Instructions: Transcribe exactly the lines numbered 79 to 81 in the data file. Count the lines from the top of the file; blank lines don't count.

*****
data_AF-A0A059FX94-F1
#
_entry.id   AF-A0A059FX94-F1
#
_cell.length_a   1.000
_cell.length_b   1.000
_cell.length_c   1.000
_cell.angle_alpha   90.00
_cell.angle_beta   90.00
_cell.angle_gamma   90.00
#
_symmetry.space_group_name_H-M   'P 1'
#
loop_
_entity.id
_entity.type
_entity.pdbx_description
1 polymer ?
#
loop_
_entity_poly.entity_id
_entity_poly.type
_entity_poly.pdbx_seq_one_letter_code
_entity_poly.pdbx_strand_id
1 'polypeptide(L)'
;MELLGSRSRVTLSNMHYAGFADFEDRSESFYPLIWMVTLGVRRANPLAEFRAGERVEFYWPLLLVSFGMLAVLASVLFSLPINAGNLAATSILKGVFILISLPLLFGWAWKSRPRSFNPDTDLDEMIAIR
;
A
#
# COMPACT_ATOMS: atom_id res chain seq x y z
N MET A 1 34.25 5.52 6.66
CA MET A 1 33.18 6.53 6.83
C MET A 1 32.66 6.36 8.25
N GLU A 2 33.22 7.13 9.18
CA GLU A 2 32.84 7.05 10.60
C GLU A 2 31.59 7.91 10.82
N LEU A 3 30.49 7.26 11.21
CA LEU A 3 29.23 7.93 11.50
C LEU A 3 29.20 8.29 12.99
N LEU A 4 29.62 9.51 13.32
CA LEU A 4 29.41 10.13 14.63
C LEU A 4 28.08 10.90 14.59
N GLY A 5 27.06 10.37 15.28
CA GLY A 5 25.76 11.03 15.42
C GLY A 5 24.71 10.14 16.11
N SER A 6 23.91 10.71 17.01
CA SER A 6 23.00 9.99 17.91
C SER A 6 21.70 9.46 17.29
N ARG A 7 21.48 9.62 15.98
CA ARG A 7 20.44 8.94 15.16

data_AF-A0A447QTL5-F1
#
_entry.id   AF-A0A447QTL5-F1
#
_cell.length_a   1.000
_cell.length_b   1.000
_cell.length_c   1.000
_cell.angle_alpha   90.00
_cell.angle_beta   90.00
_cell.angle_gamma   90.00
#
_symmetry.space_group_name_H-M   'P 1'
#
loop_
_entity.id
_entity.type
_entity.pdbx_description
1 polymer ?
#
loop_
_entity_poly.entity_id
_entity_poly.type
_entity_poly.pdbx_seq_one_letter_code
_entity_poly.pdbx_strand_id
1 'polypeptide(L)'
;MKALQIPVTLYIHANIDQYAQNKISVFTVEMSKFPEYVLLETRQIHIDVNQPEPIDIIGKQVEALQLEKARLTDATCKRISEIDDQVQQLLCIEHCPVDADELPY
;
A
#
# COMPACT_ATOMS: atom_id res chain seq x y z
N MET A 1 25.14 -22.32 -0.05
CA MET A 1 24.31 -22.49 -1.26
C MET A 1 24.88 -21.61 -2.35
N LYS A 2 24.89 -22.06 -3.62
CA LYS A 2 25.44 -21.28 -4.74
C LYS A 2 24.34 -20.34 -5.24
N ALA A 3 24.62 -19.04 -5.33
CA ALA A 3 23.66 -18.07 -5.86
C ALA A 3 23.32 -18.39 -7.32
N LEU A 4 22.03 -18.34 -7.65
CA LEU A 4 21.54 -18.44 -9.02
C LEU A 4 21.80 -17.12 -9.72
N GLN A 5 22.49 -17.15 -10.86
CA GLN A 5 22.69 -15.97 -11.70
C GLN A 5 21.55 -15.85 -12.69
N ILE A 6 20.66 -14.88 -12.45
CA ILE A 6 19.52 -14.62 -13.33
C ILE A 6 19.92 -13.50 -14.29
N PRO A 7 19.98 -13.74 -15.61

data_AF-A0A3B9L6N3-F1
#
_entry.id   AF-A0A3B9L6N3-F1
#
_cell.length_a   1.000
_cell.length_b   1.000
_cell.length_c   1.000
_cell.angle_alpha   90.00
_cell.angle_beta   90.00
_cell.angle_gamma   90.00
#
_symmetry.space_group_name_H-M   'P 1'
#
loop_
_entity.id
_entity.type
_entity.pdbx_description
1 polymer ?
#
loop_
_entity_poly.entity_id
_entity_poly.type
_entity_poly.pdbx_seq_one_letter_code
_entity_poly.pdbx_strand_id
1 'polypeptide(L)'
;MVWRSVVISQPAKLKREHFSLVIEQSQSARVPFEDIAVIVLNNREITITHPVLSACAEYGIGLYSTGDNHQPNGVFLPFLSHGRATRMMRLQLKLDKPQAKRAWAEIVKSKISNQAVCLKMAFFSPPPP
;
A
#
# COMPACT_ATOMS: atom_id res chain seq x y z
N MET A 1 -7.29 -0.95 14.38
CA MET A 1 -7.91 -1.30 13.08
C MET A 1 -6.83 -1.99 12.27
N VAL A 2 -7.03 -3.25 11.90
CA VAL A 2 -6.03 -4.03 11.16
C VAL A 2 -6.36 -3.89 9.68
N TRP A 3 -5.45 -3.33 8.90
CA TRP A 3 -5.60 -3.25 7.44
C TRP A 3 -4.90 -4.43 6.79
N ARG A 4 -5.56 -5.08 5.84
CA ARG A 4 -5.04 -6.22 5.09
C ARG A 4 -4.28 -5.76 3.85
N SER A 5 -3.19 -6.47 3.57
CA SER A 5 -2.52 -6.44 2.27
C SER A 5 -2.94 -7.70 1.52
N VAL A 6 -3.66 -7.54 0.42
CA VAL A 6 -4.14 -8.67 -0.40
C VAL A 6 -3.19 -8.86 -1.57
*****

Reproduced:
#
# COMPACT_ATOMS: atom_id res chain seq x y z
N MET A 1 25.14 -22.32 -0.05